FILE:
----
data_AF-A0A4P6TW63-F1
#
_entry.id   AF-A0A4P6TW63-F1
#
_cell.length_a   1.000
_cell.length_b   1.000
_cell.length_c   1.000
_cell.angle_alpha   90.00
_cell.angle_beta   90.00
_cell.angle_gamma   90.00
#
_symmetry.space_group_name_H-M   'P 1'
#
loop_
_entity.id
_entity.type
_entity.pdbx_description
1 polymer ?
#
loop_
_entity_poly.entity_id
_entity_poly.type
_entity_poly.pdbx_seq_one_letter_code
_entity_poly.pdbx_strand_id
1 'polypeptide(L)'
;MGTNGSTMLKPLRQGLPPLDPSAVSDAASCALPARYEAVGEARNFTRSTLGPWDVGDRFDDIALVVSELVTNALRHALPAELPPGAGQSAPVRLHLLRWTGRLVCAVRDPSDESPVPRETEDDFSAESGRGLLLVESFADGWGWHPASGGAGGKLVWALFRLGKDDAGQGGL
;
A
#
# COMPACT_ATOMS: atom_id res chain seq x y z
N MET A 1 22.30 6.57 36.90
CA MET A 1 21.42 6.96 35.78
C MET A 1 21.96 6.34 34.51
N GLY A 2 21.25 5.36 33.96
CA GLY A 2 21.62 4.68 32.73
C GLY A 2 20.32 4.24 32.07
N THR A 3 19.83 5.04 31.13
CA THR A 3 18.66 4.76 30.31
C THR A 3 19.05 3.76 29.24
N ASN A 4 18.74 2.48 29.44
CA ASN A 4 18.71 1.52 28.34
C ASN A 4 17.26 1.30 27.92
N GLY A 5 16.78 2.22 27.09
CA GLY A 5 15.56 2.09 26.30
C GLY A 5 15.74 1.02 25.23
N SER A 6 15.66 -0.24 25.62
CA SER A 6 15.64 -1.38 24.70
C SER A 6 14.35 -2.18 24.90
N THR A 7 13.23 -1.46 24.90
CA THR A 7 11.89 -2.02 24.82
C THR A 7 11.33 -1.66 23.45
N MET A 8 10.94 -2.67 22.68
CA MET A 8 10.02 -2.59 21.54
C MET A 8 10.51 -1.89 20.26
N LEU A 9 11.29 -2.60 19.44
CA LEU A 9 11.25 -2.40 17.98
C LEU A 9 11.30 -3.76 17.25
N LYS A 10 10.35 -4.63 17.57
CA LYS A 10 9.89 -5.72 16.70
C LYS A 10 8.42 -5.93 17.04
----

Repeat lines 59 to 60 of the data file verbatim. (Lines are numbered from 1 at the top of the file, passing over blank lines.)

CA LYS A 10 9.89 -5.72 16.70
C LYS A 10 8.42 -5.93 17.04